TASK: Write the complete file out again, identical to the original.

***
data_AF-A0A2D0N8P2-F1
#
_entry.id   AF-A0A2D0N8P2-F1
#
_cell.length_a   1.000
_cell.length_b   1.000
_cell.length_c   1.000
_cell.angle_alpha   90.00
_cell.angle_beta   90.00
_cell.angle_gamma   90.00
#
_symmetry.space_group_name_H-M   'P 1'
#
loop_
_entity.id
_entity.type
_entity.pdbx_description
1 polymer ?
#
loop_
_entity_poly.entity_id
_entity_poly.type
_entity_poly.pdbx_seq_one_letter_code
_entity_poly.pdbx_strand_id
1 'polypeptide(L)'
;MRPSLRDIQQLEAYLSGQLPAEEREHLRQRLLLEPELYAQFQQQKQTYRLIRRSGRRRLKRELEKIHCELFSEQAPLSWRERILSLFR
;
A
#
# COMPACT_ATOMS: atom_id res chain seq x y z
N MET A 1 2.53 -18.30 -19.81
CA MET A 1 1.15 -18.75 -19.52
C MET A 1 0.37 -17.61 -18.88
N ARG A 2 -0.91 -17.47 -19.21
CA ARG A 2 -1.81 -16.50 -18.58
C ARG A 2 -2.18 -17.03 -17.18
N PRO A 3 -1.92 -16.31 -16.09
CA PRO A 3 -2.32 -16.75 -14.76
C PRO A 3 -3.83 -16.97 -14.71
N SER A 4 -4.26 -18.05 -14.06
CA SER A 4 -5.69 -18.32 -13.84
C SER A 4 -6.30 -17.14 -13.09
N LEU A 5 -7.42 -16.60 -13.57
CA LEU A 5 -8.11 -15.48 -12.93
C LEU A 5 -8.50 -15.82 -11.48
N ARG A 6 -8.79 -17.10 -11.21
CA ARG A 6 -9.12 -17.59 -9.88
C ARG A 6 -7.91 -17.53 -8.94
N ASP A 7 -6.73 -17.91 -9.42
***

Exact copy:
data_AF-A0A2D0N8P2-F1
#
_entry.id   AF-A0A2D0N8P2-F1
#
_cell.length_a   1.000
_cell.length_b   1.000
_cell.length_c   1.000
_cell.angle_alpha   90.00
_cell.angle_beta   90.00
_cell.angle_gamma   90.00
#
_symmetry.space_group_name_H-M   'P 1'
#
loop_
_entity.id
_entity.type
_entity.pdbx_description
1 polymer ?
#
loop_
_entity_poly.entity_id
_entity_poly.type
_entity_poly.pdbx_seq_one_letter_code
_entity_poly.pdbx_strand_id
1 'polypeptide(L)'
;MRPSLRDIQQLEAYLSGQLPAEEREHLRQRLLLEPELYAQFQQQKQTYRLIRRSGRRRLKRELEKIHCELFSEQAPLSWRERILSLFR
;
A
#
# COMPACT_ATOMS: atom_id res chain seq x y z
N MET A 1 2.53 -18.30 -19.81
CA MET A 1 1.15 -18.75 -19.52
C MET A 1 0.37 -17.61 -18.88
N ARG A 2 -0.91 -17.47 -19.21
CA ARG A 2 -1.81 -16.50 -18.58
C ARG A 2 -2.18 -17.03 -17.18
N PRO A 3 -1.92 -16.31 -16.09
CA PRO A 3 -2.32 -16.75 -14.76
C PRO A 3 -3.83 -16.97 -14.71
N SER A 4 -4.26 -18.05 -14.06
CA SER A 4 -5.69 -18.32 -13.84
C SER A 4 -6.30 -17.14 -13.09
N LEU A 5 -7.42 -16.60 -13.57
CA LEU A 5 -8.11 -15.48 -12.93
C LEU A 5 -8.50 -15.82 -11.48
N ARG A 6 -8.79 -17.10 -11.21
CA ARG A 6 -9.12 -17.59 -9.88
C ARG A 6 -7.91 -17.53 -8.94
N ASP A 7 -6.73 -17.91 -9.42